Story URL:
Story Retrieval Date: 4/17/2015 11:50:28 AM CST

Top Stories
Northwestern glacier NU archives

Chris Bentley/MEDILL

An original copy of Ulysses S. Grant's 1913 United States Geological Survey bulletin surveying the coastal glaciers of southern Alaska.

Who knew Northwestern University had its own glacier? And now it's melting fast.

by Chris Bentley
Feb 17, 2011

USGS northwestern glacier compairson

Courtesy of U.S. Geological Survey

Top: Northwestern glacier in a photograph taken by Ulysses S. Grant in 1909. Bottom: the same view in 2005, photo by Bruce F. Molnia.

Archives 1 grant northwestern glacier

Courtesy of Northwestern University Archives

A letter from William Albert Locy — the biologist for whom Northwestern’s current earth and planetary sciences building is named —to Ulysses S. Grant wishes the geologist "bon voyage."      

Archives 2 grant northwestern glacier
A string of once majestic tidewater glaciers named for major American universities including Northwestern are melting quickly despite the intense interest in climate science at many of their namesake schools.

More than a dozen glaciers bordering the aptly named College Fjord in Alaska’s Prince William Sound bear the names of colleges that explorer Edward Harriman considered worthy at the time of his 1899 expedition. They include the Amherst, Harvard and Yale glaciers, though their mentor, Harriman, did not go to college.

Northwestern University’s own namesake resides about 125 miles west of the frozen ivy league, along the Kenai Peninsula. It was named by Northwestern professor Ulysses S. Grant (of no relation to the 18th President) in 1909, the year Harriman died. Grant became the chair of the university geology department in 1899. He would have celebrated his 144th birthday on Feb. 14.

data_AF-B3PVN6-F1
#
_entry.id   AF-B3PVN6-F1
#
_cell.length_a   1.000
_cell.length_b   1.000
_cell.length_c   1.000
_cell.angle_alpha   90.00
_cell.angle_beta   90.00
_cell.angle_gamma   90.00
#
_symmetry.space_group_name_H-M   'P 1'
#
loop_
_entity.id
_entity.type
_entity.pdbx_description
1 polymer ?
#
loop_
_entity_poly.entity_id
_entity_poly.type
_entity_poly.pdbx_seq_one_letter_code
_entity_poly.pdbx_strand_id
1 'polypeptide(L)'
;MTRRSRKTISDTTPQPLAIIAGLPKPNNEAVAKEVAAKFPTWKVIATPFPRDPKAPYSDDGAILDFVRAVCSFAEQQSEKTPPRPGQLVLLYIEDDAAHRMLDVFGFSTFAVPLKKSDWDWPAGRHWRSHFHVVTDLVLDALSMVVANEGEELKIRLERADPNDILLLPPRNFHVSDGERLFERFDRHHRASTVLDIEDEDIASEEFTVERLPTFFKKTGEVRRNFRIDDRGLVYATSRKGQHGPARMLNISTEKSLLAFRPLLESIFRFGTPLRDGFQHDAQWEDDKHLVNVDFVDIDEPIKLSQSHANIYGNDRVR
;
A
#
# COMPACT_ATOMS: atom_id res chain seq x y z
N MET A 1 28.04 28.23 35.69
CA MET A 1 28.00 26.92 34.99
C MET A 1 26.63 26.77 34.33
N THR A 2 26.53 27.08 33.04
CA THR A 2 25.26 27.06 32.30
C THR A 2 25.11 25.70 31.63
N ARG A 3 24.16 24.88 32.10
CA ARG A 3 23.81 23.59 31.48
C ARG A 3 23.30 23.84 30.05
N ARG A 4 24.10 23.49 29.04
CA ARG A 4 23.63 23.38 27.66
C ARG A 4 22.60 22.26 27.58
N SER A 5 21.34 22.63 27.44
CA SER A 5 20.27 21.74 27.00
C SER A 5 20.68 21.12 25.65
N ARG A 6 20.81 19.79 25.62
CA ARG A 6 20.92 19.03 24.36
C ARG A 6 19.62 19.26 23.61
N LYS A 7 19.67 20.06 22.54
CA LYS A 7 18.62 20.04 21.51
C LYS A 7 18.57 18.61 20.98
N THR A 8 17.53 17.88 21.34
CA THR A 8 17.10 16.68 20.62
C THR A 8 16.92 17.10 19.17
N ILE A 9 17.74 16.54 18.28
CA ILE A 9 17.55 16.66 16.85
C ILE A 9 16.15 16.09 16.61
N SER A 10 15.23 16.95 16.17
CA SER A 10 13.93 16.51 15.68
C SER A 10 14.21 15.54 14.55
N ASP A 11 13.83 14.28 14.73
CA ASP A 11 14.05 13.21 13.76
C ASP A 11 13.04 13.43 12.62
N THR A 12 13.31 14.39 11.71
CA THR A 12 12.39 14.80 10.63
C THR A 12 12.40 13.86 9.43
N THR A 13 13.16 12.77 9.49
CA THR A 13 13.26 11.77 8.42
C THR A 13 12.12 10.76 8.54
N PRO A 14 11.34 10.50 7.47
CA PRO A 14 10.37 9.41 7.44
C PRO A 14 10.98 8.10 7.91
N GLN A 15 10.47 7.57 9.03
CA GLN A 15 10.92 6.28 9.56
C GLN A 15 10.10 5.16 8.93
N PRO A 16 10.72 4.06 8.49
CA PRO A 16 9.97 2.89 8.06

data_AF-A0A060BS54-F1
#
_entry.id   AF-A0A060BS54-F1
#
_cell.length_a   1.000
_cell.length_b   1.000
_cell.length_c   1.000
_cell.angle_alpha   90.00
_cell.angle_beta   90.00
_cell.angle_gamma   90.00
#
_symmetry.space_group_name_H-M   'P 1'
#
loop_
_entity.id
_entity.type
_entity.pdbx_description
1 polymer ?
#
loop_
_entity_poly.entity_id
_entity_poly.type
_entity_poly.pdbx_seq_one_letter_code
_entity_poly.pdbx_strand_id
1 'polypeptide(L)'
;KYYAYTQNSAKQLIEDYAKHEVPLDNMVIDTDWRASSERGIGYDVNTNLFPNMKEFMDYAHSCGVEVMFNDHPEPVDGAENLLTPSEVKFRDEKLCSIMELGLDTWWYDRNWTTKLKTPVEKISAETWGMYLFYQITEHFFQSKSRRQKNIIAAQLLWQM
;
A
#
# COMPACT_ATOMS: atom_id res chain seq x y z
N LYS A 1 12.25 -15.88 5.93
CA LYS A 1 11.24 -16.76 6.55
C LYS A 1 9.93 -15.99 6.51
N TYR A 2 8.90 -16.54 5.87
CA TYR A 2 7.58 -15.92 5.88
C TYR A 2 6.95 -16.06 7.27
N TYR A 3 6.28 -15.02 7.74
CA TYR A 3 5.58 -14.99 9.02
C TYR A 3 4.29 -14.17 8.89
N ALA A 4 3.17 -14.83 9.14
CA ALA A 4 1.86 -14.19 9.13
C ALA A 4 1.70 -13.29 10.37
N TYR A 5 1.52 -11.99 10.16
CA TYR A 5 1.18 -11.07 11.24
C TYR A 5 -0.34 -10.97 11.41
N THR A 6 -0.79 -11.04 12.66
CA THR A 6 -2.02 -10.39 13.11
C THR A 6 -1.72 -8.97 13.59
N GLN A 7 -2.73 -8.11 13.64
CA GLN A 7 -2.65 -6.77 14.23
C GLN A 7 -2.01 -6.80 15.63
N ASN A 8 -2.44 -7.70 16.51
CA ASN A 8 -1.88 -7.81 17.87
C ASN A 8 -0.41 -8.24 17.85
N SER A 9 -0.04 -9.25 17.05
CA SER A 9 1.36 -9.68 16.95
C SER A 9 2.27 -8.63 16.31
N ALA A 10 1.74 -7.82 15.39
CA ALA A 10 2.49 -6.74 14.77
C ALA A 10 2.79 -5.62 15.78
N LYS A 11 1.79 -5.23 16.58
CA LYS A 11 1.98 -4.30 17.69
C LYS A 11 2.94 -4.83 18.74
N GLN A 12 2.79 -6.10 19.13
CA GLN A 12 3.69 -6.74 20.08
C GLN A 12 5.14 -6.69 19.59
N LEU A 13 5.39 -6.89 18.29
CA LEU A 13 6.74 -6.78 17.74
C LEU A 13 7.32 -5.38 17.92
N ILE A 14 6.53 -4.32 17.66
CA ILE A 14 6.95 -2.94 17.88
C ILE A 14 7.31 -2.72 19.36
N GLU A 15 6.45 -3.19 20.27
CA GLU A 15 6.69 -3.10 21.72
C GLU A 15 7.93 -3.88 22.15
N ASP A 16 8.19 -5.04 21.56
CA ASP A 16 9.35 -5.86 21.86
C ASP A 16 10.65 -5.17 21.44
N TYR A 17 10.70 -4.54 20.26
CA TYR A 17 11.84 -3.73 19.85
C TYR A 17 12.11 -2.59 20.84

“It was a period when glacial studies were a new and exciting thing,” said Seth Stein, a Northwestern University geology professor. “It was common to name them after peoples’ universities.”

The glacier was, “with its surrounding lofty peaks, the most striking scenic feature on the southern shore of the Kenai Peninsula,” wrote Grant in a 1913 U.S. geological survey bulletin coauthored by expedition companion Daniel F. Higgins. But less than a century later, Northwestern glacier has receded more than six miles towards its origin in the Harding ice field.

“It is melting at a considerable rate,” Stein said.

In a letter dated June 1, 1909, William Albert Locy — the biologist for whom Northwestern’s current earth and planetary sciences building is named — asked Grant to bring back with him “a few large gold nuggets … for distribution among your friends.”

Locy, who confessed to be proctoring an exam while writing the letter, conceded, “The likelihood of your doing so seem to me very remote, but it would conform with the fairy-like view that some of us have of the opportunities in Alaska.”

The scene Grant described in the bulletin of the U.S. Geological Survey turned out rather fairy-like after all.